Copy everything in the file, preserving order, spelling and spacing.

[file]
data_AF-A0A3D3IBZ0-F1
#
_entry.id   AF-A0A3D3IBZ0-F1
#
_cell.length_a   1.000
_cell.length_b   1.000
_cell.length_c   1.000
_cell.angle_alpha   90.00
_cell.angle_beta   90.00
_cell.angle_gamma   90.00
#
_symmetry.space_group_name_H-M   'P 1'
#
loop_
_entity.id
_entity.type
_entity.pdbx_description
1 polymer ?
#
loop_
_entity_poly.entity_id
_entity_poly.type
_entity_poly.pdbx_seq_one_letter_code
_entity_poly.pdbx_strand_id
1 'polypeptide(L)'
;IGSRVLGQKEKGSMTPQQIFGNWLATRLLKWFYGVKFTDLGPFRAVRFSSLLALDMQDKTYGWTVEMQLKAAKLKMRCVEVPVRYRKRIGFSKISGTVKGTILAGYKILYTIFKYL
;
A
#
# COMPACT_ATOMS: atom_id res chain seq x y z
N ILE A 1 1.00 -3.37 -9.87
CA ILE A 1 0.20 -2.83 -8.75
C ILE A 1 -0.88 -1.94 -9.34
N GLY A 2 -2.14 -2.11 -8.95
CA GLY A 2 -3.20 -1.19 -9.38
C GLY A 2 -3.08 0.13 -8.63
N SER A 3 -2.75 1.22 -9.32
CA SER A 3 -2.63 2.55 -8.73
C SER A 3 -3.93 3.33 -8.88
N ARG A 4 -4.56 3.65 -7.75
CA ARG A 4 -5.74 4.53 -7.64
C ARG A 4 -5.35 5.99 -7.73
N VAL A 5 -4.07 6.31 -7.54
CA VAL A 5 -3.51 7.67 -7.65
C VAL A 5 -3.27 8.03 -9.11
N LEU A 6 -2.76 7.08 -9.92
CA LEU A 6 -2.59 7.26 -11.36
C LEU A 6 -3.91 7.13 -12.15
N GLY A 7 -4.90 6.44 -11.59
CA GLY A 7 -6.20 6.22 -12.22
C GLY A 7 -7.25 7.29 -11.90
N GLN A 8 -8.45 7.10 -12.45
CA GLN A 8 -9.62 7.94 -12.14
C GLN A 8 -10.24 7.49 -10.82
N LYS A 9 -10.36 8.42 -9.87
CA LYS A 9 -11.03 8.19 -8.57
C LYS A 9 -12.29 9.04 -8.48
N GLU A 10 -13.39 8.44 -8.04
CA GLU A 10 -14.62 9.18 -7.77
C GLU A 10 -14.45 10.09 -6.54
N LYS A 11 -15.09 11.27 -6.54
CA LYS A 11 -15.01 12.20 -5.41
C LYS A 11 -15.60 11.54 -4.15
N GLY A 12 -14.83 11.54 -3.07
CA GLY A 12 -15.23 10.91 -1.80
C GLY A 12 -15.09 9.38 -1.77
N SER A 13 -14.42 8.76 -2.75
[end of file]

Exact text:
data_AF-A0A3D3IBZ0-F1
#
_entry.id   AF-A0A3D3IBZ0-F1
#
_cell.length_a   1.000
_cell.length_b   1.000
_cell.length_c   1.000
_cell.angle_alpha   90.00
_cell.angle_beta   90.00
_cell.angle_gamma   90.00
#
_symmetry.space_group_name_H-M   'P 1'
#
loop_
_entity.id
_entity.type
_entity.pdbx_description
1 polymer ?
#
loop_
_entity_poly.entity_id
_entity_poly.type
_entity_poly.pdbx_seq_one_letter_code
_entity_poly.pdbx_strand_id
1 'polypeptide(L)'
;IGSRVLGQKEKGSMTPQQIFGNWLATRLLKWFYGVKFTDLGPFRAVRFSSLLALDMQDKTYGWTVEMQLKAAKLKMRCVEVPVRYRKRIGFSKISGTVKGTILAGYKILYTIFKYL
;
A
#
# COMPACT_ATOMS: atom_id res chain seq x y z
N ILE A 1 1.00 -3.37 -9.87
CA ILE A 1 0.20 -2.83 -8.75
C ILE A 1 -0.88 -1.94 -9.34
N GLY A 2 -2.14 -2.11 -8.95
CA GLY A 2 -3.20 -1.19 -9.38
C GLY A 2 -3.08 0.13 -8.63
N SER A 3 -2.75 1.22 -9.32
CA SER A 3 -2.63 2.55 -8.73
C SER A 3 -3.93 3.33 -8.88
N ARG A 4 -4.56 3.65 -7.75
CA ARG A 4 -5.74 4.53 -7.64
C ARG A 4 -5.35 5.99 -7.73
N VAL A 5 -4.07 6.31 -7.54
CA VAL A 5 -3.51 7.67 -7.65
C VAL A 5 -3.27 8.03 -9.11
N LEU A 6 -2.76 7.08 -9.92
CA LEU A 6 -2.59 7.26 -11.36
C LEU A 6 -3.91 7.13 -12.15
N GLY A 7 -4.90 6.44 -11.59
CA GLY A 7 -6.20 6.22 -12.22
C GLY A 7 -7.25 7.29 -11.90
N GLN A 8 -8.45 7.10 -12.45
CA GLN A 8 -9.62 7.94 -12.14
C GLN A 8 -10.24 7.49 -10.82
N LYS A 9 -10.36 8.42 -9.87
CA LYS A 9 -11.03 8.19 -8.57
C LYS A 9 -12.29 9.04 -8.48
N GLU A 10 -13.39 8.44 -8.04
CA GLU A 10 -14.62 9.18 -7.77
C GLU A 10 -14.45 10.09 -6.54
N LYS A 11 -15.09 11.27 -6.54
CA LYS A 11 -15.01 12.20 -5.41
C LYS A 11 -15.60 11.54 -4.15
N GLY A 12 -14.83 11.54 -3.07
CA GLY A 12 -15.23 10.91 -1.80
C GLY A 12 -15.09 9.38 -1.77
N SER A 13 -14.42 8.76 -2.75